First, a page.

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Property taxes on the rise
The tax increase reflects an increase in real estate values in Crook County
Brian Huber, who was recently appointed as the new Crook County Assessor, is reporting that property values have been increasing locally.
February 18, 2013
For the first time in several years, property values in Crook County are on the rise, according to County Assessor Brian Huber.
“We’ve done a very preliminary assessment of what values are going to do for the coming year,” Huber said, “and it looks like they’re definitely not going to drop, and they may go up — at this time we’re estimating two or three percent.”
That’s good news for a county that has struggled with significant drops in revenue, and is in stark contrast to the past three or four years, Huber said, when real market values in Crook County declined by 20 or 30 percent. Even as recently as last June, Prineville’s city manager, Steve Forrester, said the city budget for 2012-2013 included a forecast for tax revenues to be down “about four percent,” according to a story in the Central Oregonian.
Reasons for the turnaround vary. One is the diminished number of foreclosures, according to Huber.
“There’s just not many of them out there on the market,” he said, “so it’s not an option anymore. They (buyers) have to go with the traditional sellers. So that’s driving up the prices.”
Local realtor and president of the Central Oregon Association of Realtors, Michael Warren II, shared a similar perspective.
“The distressed properties have slowed down,” he said. “They’re still on the market but they’ve slowed down. Short sales and bank-owns have been priced where they need to be. The market’s kind of getting stabilized. That helps, plus inventory’s really low.”
In addition, all of the lower-value properties are gone, and so people need to pay more to get the quality they want, Warren said. Add to that, an abundance of first-home buyers, people who lost their homes who are beginning to re-qualify for loans, and an influx of retirees, and you have the perfect formula for rising real estate prices.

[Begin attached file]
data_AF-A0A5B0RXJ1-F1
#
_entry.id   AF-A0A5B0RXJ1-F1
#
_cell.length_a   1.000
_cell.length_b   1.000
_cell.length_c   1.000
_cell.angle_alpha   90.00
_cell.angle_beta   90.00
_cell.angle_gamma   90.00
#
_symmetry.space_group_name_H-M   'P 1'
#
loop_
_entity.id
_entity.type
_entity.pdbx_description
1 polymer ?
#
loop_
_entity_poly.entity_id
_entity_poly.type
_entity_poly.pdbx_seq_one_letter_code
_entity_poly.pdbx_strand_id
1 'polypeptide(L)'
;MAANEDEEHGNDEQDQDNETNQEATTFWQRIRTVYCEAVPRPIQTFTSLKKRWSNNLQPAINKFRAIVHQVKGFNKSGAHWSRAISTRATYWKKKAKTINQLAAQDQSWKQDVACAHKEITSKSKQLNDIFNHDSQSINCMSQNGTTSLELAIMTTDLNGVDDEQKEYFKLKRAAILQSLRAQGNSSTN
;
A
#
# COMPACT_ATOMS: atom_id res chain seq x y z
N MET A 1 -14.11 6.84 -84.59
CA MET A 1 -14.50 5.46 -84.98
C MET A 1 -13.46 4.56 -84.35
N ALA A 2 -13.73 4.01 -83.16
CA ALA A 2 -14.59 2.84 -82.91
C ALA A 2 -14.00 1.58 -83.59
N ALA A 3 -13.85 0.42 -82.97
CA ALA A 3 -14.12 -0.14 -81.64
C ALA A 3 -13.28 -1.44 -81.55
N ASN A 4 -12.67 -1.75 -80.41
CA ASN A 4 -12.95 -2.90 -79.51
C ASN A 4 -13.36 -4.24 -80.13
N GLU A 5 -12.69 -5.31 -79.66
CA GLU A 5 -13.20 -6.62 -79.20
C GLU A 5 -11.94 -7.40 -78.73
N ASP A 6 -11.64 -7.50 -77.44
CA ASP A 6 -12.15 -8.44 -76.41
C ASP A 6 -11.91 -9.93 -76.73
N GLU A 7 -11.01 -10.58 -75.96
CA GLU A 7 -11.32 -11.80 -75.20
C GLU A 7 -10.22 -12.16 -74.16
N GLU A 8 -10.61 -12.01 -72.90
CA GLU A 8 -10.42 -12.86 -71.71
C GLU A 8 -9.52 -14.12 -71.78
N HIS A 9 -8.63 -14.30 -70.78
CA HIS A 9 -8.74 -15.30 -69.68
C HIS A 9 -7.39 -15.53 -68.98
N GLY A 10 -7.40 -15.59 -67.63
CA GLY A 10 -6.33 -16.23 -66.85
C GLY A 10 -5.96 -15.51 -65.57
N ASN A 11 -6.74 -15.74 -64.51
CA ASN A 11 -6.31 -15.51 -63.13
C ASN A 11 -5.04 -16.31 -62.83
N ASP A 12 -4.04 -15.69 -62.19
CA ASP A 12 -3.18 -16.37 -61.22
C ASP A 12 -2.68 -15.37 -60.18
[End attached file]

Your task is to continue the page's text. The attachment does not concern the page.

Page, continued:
“All those things combined help to bring it to a steady level,” he said. “It’s creeping up enough to help the market yet it’s still affordable.”
Statewide, it’s a situation peculiar to Central Oregon and Jackson County, said Erik Schmidt, spokesman with the Oregon Association of Counties.
“Jackson County hasn’t really seen the kind of increase Deschutes County saw (Deschutes County recorded a 13.8 percent increase in home prices, according to a Corelogic report published by KTVZ.com), but from what I’ve been able to see and read, it appears that Central Oregon is recovering more quickly from the property drop of the Great Recession.”
“Deschutes County’s in its own world,” quipped Jefferson County Assessor Jean McCloskey, who compared her county to Crook.
“We are very similar to Crook County in the decline in market values,” she said. “We’re seeing a few areas in Jefferson County where values are starting to slightly increase. We think we’ve bottomed out.”
An increase in property values is good news for Crook County government, but bad news for property owners, especially for those who are used to seeing decreasing tax assessments. However, it’s more complicated than a simple change in a property’s value, said Huber, and it all relates to Measure 50, passed by the voters in 1997.
Measure 50 was an attempt to stabilize property values and hence, taxes. Beginning with the 1997-1998 property tax year, the taxable value (TV) of every property was established at 90 percent of its assessed value for 1995-1996. Stability would be realized by an automatic annual three percent increase in TV – no more, no less.
The real market value (RMV) of a property – its value on the open market – rarely matches its taxable value, but plays into the tax assessment nonetheless. Taxes on a given property are always based on the lesser of the two.